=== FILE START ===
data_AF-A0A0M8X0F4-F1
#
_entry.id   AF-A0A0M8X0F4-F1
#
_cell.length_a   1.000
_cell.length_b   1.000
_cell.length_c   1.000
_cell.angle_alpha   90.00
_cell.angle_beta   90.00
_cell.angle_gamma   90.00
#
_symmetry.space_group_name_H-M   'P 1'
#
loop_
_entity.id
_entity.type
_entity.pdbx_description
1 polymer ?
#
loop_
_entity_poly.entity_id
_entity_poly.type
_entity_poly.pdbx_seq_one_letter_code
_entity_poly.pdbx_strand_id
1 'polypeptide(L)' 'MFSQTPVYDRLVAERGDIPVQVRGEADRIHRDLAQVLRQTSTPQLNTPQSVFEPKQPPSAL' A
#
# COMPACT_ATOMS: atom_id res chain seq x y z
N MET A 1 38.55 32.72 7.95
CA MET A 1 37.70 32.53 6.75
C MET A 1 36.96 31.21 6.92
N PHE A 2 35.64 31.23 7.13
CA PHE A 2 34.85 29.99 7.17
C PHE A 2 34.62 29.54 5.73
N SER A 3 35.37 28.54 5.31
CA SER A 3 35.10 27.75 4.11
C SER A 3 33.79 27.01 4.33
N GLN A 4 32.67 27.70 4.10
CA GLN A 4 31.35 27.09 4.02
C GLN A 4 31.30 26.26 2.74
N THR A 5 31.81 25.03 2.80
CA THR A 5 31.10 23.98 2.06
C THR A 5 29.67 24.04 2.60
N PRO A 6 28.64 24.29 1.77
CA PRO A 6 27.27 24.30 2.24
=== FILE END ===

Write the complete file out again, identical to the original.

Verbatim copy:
data_AF-A0A0M8X0F4-F1
#
_entry.id   AF-A0A0M8X0F4-F1
#
_cell.length_a   1.000
_cell.length_b   1.000
_cell.length_c   1.000
_cell.angle_alpha   90.00
_cell.angle_beta   90.00
_cell.angle_gamma   90.00
#
_symmetry.space_group_name_H-M   'P 1'
#
loop_
_entity.id
_entity.type
_entity.pdbx_description
1 polymer ?
#
loop_
_entity_poly.entity_id
_entity_poly.type
_entity_poly.pdbx_seq_one_letter_code
_entity_poly.pdbx_strand_id
1 'polypeptide(L)' 'MFSQTPVYDRLVAERGDIPVQVRGEADRIHRDLAQVLRQTSTPQLNTPQSVFEPKQPPSAL' A
#
# COMPACT_ATOMS: atom_id res chain seq x y z
N MET A 1 38.55 32.72 7.95
CA MET A 1 37.70 32.53 6.75
C MET A 1 36.96 31.21 6.92
N PHE A 2 35.64 31.23 7.13
CA PHE A 2 34.85 29.99 7.17
C PHE A 2 34.62 29.54 5.73
N SER A 3 35.37 28.54 5.31
CA SER A 3 35.10 27.75 4.11
C SER A 3 33.79 27.01 4.33
N GLN A 4 32.67 27.70 4.10
CA GLN A 4 31.35 27.09 4.02
C GLN A 4 31.30 26.26 2.74
N THR A 5 31.81 25.03 2.80
CA THR A 5 31.10 23.98 2.06
C THR A 5 29.67 24.04 2.60
N PRO A 6 28.64 24.29 1.77
CA PRO A 6 27.27 24.30 2.24